David Ogilvy’s Guide To Direct Response Advertising Part 17

At the end of part 16 I made a promise about part 17. It was this: “You won’t want to miss it.”. It was a blind promise. Devoid of substance, but based on trust.

David Ogilvy also made promises. They were based on trust too, but he packed them full of proof (albeit uncheckable proof much of the time).

But then that’s how we all operate when we want something. We learn quickly that making promises to deliver what people want is the fastest way to get what we want.

We learn it from our parents when we’re kids: “if you want that, then you need to do this” (eg. a bit of work around the house – cleaning up your bedroom, mowing the lawn, doing the dishes, washing the windows, etc.).

The best promises use reciprocation then. “If you do this, I’ll do that” or “if you do this, then you’ll get this [amazing benefit]” or “if you do this, then the pain will go away”.

Ogilvy’s promise in element 17 of his direct response ad was this: “if you choose to advertise with us, we’ll make sure you get the best possible promise at the lowest possible cost delivered direct to the best possible audience”.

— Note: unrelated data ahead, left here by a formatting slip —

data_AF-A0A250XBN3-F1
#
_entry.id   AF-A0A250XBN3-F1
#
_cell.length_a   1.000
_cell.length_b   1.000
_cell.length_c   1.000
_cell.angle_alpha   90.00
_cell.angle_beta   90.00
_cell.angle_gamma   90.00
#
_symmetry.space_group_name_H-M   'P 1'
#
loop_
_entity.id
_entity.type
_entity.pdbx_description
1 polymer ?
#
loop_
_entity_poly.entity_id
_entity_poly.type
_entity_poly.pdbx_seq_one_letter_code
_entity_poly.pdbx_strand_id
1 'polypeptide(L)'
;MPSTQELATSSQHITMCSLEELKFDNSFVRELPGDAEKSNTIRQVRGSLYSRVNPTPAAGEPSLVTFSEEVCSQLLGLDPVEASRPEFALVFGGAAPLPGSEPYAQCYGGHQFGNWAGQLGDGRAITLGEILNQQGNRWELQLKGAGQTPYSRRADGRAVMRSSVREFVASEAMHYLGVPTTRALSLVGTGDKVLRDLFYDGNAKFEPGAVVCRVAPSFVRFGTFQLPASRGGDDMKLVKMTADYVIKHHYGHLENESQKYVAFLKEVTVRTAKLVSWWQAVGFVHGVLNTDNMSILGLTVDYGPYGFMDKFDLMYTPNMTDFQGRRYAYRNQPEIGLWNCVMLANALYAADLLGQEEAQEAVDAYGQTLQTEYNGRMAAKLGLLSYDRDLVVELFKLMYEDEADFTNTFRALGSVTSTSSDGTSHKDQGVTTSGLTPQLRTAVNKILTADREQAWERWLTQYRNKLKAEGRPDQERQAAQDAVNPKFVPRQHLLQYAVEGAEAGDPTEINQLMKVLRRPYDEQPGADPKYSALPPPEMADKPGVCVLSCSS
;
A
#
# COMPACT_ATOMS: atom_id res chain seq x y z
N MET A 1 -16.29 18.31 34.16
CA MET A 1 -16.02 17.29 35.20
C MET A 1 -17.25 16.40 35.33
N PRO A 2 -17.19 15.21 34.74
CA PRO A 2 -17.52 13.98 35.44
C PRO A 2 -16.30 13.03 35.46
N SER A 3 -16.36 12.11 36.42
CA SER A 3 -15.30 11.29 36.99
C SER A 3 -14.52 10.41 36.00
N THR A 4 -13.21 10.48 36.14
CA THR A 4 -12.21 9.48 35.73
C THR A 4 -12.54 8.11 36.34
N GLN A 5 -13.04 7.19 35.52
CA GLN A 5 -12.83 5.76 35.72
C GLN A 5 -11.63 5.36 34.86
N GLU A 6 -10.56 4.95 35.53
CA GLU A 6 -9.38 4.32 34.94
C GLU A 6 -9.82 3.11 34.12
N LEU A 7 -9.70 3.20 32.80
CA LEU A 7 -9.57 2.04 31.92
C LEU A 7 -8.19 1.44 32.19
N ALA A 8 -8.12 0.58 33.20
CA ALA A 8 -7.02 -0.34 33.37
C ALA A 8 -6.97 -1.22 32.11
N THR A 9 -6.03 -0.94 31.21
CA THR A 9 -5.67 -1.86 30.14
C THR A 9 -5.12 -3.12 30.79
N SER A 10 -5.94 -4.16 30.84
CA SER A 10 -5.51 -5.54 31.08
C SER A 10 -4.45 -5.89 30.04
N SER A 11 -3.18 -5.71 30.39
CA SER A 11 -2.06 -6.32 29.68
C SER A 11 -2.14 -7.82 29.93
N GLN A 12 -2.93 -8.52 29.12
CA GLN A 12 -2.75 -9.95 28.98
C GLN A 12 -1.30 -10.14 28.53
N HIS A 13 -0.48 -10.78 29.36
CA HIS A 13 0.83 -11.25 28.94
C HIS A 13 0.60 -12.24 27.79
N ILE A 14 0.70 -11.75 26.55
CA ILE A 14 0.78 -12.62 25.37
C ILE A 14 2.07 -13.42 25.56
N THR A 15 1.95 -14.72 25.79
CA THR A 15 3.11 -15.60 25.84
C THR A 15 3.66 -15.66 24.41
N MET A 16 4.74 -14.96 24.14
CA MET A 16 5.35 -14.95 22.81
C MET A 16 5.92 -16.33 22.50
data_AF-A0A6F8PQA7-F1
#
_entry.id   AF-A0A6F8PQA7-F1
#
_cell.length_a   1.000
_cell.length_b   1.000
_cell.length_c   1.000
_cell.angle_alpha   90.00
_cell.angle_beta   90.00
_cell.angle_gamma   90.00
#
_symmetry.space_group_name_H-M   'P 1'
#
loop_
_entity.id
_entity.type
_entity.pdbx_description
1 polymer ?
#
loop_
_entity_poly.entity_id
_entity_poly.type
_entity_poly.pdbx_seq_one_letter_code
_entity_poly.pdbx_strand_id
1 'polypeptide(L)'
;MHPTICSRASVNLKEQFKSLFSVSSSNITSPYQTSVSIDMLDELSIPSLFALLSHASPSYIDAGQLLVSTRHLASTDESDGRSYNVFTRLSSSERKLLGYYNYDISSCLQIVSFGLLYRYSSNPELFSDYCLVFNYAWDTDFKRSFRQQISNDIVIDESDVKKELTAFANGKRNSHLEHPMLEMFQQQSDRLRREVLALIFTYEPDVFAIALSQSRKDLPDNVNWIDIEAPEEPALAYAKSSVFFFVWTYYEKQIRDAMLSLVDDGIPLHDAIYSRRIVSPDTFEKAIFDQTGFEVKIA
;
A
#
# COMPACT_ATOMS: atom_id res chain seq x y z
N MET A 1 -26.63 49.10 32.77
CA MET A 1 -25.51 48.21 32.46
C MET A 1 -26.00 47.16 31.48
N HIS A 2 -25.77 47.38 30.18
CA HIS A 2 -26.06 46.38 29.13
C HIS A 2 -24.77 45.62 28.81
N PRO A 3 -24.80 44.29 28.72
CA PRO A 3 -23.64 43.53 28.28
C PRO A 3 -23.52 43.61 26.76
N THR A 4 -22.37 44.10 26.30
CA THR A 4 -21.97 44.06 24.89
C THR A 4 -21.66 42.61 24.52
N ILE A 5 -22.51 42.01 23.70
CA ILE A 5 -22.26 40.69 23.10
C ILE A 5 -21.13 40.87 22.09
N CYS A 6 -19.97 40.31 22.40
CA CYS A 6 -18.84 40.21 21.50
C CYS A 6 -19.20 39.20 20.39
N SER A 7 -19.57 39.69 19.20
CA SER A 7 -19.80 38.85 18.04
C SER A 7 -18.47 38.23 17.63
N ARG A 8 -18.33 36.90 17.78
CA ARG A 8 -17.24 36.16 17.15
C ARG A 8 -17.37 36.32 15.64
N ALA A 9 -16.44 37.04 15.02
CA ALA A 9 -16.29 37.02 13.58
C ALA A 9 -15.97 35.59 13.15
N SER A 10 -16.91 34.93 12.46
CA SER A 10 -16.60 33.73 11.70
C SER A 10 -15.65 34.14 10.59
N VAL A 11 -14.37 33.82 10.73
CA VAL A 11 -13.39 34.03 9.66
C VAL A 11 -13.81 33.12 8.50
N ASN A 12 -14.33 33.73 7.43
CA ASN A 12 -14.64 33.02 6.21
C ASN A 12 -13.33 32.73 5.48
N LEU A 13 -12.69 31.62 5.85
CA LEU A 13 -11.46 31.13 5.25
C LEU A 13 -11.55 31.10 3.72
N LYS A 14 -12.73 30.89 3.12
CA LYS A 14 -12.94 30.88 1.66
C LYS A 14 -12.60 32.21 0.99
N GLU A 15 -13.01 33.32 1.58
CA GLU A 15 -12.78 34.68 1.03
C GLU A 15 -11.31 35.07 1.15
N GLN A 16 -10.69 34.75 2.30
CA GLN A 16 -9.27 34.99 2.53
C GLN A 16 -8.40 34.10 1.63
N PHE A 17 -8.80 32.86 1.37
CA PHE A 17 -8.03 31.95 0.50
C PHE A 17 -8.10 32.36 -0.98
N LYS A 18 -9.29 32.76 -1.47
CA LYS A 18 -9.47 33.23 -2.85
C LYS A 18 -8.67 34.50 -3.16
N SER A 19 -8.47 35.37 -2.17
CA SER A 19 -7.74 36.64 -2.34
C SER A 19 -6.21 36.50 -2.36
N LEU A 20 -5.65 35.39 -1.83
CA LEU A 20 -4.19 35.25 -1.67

The proof was technology. A technology which meant that clients didn’t need to test headlines (promises) in adverts by sending them out first. No direct mail charges, no pre-advert adverts.

They’d develop a whole bunch of promises for the client, then rank them in order before spending any serious client money on ads.

But the real trick in creating a wildly successful promise is to use reciprocation without involving your own money or assets (that’s how billionaires create and grow their wealth – leverage).

When you’re thinking about your next headline, think about the promise, then think about how you can use reciprocity to get what you want by giving your audience what they want.

PS. If you want to see just how far villains were prepared to go to sell cigarettes, take a look at any of their ads from any era and think about the promises they made.

PPS. There’s just two elements left to go in this series. Make sure you subscribe to the Science of Copywriting Weekly Newsletter so you don’t miss out.


David Ogilvy, direct response, Promise

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